Photo Lamp Mount: Moah Plastic!

One of the cold shoe mounts I made for the photo lamps cracked:

Photo Lamp Mount - fractured
Photo Lamp Mount – fractured

It’s done in PETG with my more-or-less standard two perimeter threads and 15% 3D honeycomb infill, which is Good Enough™ for most of my parts. In this case, there’s obviously not nearly enough plastic in there!

Redoing it with three perimeters and 50% infill should improve the situation, even though it looks identical on the outside:

Photo Lamp Mount - reinstalled
Photo Lamp Mount – reinstalled

I didn’t replace the other mount. If it breaks, it’ll get the same 50% infill as this one. If this one breaks, I’ll try 75%.

An easy fix!

11 thoughts on “Photo Lamp Mount: Moah Plastic!

  1. Another perimeter might be more effective than more infill – CNC Kitchen (on YouTube) did some studies with strength testing.

    1. Two perimeters suffices for most situations, three produces just over a millimeter of solid plastic, and neither can withstand a dropped bike.

      In this case, the clamp screw puts an absurd amount of pressure on the disk and probably crushed the perimeters inward before the whole thing fractured, so more infill may resist the crushing.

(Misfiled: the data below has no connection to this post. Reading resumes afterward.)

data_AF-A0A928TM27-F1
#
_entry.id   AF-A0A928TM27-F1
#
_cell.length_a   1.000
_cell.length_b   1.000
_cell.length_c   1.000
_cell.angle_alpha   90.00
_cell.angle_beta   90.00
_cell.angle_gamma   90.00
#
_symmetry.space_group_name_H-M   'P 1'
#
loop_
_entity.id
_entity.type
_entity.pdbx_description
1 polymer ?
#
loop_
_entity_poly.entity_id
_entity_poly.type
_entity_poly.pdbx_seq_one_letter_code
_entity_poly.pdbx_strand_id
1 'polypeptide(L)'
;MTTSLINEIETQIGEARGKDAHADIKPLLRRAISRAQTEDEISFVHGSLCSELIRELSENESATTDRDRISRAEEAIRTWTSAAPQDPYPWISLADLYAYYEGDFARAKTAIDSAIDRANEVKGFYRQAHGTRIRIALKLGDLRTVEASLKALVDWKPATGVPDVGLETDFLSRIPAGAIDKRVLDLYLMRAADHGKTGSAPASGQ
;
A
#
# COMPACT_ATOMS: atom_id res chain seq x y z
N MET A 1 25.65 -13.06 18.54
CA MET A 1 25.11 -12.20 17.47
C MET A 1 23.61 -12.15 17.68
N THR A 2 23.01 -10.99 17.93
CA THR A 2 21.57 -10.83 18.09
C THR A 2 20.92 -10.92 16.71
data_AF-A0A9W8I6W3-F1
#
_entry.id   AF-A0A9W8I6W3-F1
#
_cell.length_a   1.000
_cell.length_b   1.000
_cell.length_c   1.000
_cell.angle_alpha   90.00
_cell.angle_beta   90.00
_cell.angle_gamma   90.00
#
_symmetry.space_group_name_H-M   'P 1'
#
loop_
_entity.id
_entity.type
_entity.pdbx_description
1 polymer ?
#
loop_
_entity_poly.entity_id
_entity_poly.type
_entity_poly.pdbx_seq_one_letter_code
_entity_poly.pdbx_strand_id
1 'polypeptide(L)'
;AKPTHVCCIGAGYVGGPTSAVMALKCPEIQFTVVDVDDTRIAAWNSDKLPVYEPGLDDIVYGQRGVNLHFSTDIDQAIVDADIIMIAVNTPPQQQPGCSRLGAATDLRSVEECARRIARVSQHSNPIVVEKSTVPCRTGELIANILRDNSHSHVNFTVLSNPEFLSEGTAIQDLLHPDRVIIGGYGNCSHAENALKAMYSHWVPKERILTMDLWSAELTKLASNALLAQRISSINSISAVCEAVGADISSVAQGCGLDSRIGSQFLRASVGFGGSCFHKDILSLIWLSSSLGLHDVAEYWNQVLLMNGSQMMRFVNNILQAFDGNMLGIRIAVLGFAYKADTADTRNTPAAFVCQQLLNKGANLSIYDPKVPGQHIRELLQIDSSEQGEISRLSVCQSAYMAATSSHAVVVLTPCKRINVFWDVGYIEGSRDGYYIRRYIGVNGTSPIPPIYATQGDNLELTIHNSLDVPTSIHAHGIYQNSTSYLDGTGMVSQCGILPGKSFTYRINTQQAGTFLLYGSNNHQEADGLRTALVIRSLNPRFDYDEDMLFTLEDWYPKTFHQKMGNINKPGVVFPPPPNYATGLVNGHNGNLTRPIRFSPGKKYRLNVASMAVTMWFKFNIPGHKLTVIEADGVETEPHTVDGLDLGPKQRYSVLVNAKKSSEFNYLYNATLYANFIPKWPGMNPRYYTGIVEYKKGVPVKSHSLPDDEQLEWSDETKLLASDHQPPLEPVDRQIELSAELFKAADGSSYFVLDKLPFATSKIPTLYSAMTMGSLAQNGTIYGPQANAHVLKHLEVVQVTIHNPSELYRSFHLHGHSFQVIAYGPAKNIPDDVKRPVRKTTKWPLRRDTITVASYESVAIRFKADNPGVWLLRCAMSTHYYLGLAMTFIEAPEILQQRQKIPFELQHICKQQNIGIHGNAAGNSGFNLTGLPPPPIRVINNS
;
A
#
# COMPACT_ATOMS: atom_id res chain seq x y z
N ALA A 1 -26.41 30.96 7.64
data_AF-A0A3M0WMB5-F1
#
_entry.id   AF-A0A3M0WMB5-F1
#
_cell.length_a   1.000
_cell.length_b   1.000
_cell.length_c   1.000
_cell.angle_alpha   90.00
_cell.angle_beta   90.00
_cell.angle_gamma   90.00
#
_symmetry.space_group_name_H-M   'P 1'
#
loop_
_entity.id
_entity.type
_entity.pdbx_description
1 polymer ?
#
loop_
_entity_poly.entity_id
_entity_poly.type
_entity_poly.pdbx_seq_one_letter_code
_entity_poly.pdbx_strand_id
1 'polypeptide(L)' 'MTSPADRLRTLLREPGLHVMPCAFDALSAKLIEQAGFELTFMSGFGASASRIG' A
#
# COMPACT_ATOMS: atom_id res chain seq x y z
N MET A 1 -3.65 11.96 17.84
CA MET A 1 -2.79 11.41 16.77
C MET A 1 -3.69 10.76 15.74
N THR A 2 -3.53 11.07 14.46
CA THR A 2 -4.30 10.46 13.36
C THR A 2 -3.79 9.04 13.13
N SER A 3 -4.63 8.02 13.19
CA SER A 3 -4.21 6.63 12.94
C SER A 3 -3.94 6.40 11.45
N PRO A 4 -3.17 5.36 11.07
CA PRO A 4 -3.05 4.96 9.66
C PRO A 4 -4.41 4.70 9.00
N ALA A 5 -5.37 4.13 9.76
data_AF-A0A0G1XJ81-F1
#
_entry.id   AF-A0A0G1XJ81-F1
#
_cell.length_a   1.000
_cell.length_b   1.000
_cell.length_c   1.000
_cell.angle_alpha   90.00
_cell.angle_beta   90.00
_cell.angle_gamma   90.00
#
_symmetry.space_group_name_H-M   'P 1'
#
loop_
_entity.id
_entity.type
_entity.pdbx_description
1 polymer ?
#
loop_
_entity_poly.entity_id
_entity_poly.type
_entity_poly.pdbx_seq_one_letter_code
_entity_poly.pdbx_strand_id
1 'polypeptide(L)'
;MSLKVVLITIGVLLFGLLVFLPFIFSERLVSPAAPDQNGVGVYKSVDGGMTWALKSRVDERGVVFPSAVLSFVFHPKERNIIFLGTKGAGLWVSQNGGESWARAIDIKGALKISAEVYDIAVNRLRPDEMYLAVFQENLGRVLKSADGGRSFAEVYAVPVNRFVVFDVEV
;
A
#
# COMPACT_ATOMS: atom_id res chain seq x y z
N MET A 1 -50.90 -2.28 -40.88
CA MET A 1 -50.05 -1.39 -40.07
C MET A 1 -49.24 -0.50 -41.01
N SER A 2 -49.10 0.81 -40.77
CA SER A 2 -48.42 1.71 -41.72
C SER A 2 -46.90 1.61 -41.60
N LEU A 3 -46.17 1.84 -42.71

Seeing as how the thing endured eight months of abuse, 150% perimeter thickness combined with three times the infill should toughen it up pretty well. It’s not as if I’m applying finite element modeling to the problem … [grin]

  2. Do you really need all that stickout and all the joints? It seems like you could delete the paddle part of your print, remove the middle hinge contraption and mount the lamp directly to your part.

    You could also make the ring part that broke with substantially bigger diameter. That would give it more leverage and it seems you can spare the space.

    1. The lamp needs an offset from the arm pivot to accommodate its base screw and the bizarre hinge thing fit a standard camera shoe, soooo … the paddle happened.

      It puts plenty of torque on that poor pivot and the all-around adjustability doesn’t buy much.

      How about this: should it break again, I’ll (try to) rebuild it along your notion.

      Thanks for the nudge …

      1. I’d probably try to mill it out of aluminum, but I know you don’t like me putting ideas like that in your head :)

          1. Ya gotta get up pretty early to get out of bed around here!

            I’ll relate today’s horror story after the dust settles …

  3. Layer orientation appears to have been a factor, here. Print it flat so the strands run the same direction of the longest dimension. My son’s science fair projects says that will make a substantial difference in strength. Though, maybe the hole will just split at the top, then.

    1. I printed it standing on the flat end of the shoe slot with the pivot disk on the top and the threads oriented in the worst possible direction.

      Vedran’s suggestion should provide a better orientation, perhaps with the disk flat on the platform and the rest of the mount sticking out to the sides.

      Or I could machine it from aluminum and move on … [sigh]

        1. News to me!

          I think a few more perimeter threads would get you most of the way to the goal with a whole lot less fuss-and-bother, though, so that’s what I’d try first. Well, with more infill, too.

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